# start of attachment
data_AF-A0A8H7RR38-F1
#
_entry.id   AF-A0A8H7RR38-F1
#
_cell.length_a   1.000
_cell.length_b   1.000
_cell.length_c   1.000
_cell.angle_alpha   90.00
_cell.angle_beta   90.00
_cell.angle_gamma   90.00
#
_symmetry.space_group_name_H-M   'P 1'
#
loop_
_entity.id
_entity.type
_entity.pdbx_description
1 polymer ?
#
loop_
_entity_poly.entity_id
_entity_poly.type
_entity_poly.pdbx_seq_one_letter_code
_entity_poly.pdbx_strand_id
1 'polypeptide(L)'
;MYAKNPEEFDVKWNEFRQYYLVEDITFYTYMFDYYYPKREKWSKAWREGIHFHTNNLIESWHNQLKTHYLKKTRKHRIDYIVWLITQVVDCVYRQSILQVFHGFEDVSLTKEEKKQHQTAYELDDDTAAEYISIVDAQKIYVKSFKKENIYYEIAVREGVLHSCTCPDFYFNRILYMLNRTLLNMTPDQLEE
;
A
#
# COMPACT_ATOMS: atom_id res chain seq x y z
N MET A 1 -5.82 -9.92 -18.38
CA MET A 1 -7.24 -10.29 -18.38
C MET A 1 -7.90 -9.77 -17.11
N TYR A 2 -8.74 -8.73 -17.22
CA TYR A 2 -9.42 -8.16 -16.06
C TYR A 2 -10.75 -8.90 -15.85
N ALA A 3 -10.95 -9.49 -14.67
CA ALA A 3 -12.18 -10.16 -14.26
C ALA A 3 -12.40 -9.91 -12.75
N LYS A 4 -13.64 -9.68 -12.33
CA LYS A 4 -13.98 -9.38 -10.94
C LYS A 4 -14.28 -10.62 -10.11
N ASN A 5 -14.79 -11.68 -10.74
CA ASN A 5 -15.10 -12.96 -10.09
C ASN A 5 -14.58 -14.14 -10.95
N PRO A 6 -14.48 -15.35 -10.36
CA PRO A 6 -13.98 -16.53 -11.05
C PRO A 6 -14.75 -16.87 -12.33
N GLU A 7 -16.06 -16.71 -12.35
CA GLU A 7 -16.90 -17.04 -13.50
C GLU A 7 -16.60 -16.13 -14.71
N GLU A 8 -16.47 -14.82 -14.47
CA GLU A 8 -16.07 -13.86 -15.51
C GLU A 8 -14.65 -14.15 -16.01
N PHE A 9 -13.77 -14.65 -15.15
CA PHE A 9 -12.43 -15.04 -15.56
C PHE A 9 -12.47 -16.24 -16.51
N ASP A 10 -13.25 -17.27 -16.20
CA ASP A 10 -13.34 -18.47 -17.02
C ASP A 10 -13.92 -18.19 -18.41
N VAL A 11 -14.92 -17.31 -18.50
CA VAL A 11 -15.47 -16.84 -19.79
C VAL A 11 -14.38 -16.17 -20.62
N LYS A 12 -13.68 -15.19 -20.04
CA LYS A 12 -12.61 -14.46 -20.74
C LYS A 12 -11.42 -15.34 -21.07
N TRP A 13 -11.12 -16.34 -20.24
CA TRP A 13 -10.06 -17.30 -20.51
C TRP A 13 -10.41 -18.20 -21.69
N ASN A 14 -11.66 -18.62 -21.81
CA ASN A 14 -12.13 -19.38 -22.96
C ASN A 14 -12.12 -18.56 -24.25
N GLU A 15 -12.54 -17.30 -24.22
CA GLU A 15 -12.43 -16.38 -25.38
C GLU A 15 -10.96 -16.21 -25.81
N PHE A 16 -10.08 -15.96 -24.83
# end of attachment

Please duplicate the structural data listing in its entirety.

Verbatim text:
data_AF-A0A8H7RR38-F1
#
_entry.id   AF-A0A8H7RR38-F1
#
_cell.length_a   1.000
_cell.length_b   1.000
_cell.length_c   1.000
_cell.angle_alpha   90.00
_cell.angle_beta   90.00
_cell.angle_gamma   90.00
#
_symmetry.space_group_name_H-M   'P 1'
#
loop_
_entity.id
_entity.type
_entity.pdbx_description
1 polymer ?
#
loop_
_entity_poly.entity_id
_entity_poly.type
_entity_poly.pdbx_seq_one_letter_code
_entity_poly.pdbx_strand_id
1 'polypeptide(L)'
;MYAKNPEEFDVKWNEFRQYYLVEDITFYTYMFDYYYPKREKWSKAWREGIHFHTNNLIESWHNQLKTHYLKKTRKHRIDYIVWLITQVVDCVYRQSILQVFHGFEDVSLTKEEKKQHQTAYELDDDTAAEYISIVDAQKIYVKSFKKENIYYEIAVREGVLHSCTCPDFYFNRILYMLNRTLLNMTPDQLEE
;
A
#
# COMPACT_ATOMS: atom_id res chain seq x y z
N MET A 1 -5.82 -9.92 -18.38
CA MET A 1 -7.24 -10.29 -18.38
C MET A 1 -7.90 -9.77 -17.11
N TYR A 2 -8.74 -8.73 -17.22
CA TYR A 2 -9.42 -8.16 -16.06
C TYR A 2 -10.75 -8.90 -15.85
N ALA A 3 -10.95 -9.49 -14.67
CA ALA A 3 -12.18 -10.16 -14.26
C ALA A 3 -12.40 -9.91 -12.75
N LYS A 4 -13.64 -9.68 -12.33
CA LYS A 4 -13.98 -9.38 -10.94
C LYS A 4 -14.28 -10.62 -10.11
N ASN A 5 -14.79 -11.68 -10.74
CA ASN A 5 -15.10 -12.96 -10.09
C ASN A 5 -14.58 -14.14 -10.95
N PRO A 6 -14.48 -15.35 -10.36
CA PRO A 6 -13.98 -16.53 -11.05
C PRO A 6 -14.75 -16.87 -12.33
N GLU A 7 -16.06 -16.71 -12.35
CA GLU A 7 -16.90 -17.04 -13.50
C GLU A 7 -16.60 -16.13 -14.71
N GLU A 8 -16.47 -14.82 -14.47
CA GLU A 8 -16.07 -13.86 -15.51
C GLU A 8 -14.65 -14.15 -16.01
N PHE A 9 -13.77 -14.65 -15.15
CA PHE A 9 -12.43 -15.04 -15.56
C PHE A 9 -12.47 -16.24 -16.51
N ASP A 10 -13.25 -17.27 -16.20
CA ASP A 10 -13.34 -18.47 -17.02
C ASP A 10 -13.92 -18.19 -18.41
N VAL A 11 -14.92 -17.31 -18.50
CA VAL A 11 -15.47 -16.84 -19.79
C VAL A 11 -14.38 -16.17 -20.62
N LYS A 12 -13.68 -15.19 -20.04
CA LYS A 12 -12.61 -14.46 -20.74
C LYS A 12 -11.42 -15.34 -21.07
N TRP A 13 -11.12 -16.34 -20.24
CA TRP A 13 -10.06 -17.30 -20.51
C TRP A 13 -10.41 -18.20 -21.69
N ASN A 14 -11.66 -18.62 -21.81
CA ASN A 14 -12.13 -19.38 -22.96
C ASN A 14 -12.12 -18.56 -24.25
N GLU A 15 -12.54 -17.30 -24.22
CA GLU A 15 -12.43 -16.38 -25.38
C GLU A 15 -10.96 -16.21 -25.81
N PHE A 16 -10.08 -15.96 -24.83